Proceedings of the National Academy of Sciences of the United States of America ( IF 9.412 ) Pub Date : 2020-10-27 , DOI: 10.1073/pnas.2008426117 Rui Shi, Hajime Tanaka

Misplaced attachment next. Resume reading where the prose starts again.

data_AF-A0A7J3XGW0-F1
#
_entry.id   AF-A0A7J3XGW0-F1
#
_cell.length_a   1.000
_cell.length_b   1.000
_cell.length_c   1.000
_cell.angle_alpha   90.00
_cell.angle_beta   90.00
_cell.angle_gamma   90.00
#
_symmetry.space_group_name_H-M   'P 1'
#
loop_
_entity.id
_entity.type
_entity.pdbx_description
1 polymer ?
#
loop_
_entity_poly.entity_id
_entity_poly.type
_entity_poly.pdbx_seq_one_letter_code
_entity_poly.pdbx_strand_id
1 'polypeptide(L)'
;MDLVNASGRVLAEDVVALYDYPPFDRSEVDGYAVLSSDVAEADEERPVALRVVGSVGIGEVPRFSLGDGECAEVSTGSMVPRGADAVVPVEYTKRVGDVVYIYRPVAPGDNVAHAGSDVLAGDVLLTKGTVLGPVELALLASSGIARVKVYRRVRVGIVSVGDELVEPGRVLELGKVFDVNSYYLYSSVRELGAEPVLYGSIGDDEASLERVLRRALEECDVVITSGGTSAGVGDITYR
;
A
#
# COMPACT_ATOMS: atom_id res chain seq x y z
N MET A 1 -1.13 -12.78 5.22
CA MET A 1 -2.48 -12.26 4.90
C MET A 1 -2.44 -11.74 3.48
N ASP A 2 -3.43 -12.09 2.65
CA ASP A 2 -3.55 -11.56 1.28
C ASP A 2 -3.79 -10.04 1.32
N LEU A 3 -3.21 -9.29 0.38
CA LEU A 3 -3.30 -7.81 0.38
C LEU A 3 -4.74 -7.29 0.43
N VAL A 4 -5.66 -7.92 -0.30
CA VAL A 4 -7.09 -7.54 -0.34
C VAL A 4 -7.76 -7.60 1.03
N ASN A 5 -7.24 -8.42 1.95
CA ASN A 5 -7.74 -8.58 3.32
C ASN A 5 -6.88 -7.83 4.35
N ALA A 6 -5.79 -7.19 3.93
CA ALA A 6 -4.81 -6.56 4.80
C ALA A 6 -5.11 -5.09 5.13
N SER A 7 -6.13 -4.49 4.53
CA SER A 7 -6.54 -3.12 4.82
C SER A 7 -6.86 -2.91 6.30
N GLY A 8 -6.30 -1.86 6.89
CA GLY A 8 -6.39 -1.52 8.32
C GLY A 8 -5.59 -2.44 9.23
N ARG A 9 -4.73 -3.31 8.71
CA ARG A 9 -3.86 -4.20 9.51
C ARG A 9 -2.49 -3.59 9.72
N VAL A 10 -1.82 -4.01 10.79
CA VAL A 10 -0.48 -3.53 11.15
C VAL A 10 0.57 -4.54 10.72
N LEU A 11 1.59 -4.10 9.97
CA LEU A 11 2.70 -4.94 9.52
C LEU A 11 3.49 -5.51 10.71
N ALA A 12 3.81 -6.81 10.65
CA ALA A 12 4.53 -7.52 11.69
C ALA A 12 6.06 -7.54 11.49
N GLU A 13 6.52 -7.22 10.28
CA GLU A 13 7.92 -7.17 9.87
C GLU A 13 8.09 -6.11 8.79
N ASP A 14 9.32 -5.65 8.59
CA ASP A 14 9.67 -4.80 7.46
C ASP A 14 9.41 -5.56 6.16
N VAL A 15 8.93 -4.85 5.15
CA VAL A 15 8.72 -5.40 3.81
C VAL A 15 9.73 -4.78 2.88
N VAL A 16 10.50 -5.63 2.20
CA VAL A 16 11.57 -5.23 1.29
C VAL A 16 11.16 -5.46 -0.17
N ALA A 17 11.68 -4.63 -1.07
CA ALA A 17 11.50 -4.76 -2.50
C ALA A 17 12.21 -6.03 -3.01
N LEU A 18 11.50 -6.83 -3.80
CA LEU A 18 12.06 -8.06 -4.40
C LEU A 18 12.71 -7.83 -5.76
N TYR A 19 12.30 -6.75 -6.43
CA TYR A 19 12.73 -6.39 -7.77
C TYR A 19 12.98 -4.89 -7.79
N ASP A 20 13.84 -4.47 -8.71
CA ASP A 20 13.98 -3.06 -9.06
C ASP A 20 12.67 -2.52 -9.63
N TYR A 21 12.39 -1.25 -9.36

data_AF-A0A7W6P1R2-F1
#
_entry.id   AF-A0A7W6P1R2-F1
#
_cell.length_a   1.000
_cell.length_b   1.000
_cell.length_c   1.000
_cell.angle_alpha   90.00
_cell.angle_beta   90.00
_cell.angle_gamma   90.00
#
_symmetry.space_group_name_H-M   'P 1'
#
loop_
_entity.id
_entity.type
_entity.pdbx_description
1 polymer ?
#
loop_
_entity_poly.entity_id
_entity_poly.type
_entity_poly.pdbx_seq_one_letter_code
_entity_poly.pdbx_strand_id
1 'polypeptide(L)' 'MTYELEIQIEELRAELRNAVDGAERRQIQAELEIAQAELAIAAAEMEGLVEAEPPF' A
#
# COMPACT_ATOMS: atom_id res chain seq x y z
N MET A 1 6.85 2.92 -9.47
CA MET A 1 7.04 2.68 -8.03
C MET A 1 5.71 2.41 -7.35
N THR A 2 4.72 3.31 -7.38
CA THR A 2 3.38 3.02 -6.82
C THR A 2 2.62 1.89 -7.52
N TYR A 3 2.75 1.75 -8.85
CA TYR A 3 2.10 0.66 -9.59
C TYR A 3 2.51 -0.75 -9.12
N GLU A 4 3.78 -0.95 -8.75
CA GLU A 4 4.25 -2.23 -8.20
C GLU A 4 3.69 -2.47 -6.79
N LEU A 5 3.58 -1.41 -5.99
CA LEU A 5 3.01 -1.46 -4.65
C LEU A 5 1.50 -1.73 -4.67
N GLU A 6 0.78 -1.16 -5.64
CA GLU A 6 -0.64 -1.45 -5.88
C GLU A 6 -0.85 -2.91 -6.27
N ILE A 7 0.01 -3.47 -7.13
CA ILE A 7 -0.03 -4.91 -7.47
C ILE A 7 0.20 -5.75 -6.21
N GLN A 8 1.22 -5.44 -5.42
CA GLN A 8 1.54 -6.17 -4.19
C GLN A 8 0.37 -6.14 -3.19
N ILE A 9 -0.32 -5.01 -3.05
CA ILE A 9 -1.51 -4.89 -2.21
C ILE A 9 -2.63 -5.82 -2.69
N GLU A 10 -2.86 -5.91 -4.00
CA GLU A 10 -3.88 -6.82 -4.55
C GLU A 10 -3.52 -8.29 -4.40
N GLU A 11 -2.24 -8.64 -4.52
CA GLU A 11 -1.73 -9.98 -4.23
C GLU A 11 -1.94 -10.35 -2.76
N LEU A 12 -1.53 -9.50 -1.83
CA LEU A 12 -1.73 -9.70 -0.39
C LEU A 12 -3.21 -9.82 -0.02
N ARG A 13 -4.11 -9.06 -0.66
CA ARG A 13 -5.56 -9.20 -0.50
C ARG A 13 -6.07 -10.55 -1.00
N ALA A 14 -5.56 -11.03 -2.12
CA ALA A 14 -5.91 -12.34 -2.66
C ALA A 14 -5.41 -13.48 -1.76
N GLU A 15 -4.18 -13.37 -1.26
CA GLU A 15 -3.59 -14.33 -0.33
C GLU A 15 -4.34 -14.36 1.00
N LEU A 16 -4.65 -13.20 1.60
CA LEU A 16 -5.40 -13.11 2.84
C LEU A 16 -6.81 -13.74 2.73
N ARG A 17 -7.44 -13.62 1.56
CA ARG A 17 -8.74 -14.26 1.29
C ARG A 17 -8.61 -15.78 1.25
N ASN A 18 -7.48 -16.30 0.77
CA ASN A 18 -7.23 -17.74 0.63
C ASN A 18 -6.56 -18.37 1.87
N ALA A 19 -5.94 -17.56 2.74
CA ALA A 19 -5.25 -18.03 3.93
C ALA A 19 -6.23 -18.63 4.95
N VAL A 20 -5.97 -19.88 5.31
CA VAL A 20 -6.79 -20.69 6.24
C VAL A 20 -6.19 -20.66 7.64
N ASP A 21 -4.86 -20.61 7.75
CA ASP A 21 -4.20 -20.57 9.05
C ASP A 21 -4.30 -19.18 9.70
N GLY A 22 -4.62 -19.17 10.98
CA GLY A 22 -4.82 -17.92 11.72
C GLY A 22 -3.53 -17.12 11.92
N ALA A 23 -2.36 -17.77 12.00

The origin of water’s anomalies has been a matter of long-standing debate. A two-state model, dating back to Röntgen, relies on the dynamical coexistence of two types of local structures—locally favored tetrahedral structure (LFTS) and disordered normal-liquid structure (DNLS)—in liquid water. Phenomenologically, this model not only explains water’s thermodynamic anomalies but also can rationalize the existence of a liquid–liquid critical point (LLCP) if there is a cooperative formation of LFTS. We recently found direct evidence for the coexistence of LFTS and DNLS in the experimental structure factor of liquid water. However, the existence of the LLCP and its impact on water’s properties has remained elusive, leaving the origin of water’s anomalies unclear. Here we propose a unique strategy to locate the LLCP of liquid water. First, we make a comprehensive analysis of a large set of experimental structural, thermodynamic, and dynamic data based on our hierarchical two-state model. This model predicts that the two thermodynamic and dynamical fluctuation maxima lines should cross at the LLCP if it exists, which we confirm by hundred-microsecond simulations for model waters. Based on recent experimental results of the compressibility and diffusivity measurements in the no man’s land, we reveal that the two lines cross around 184 K and 173 MPa for real water, suggesting the presence of the LLCP around there. Nevertheless, we find that the criticality is almost negligible in the experimentally accessible region of liquid water because it is too far from the LLCP. Our findings would provide a clue to settle the long-standing debate.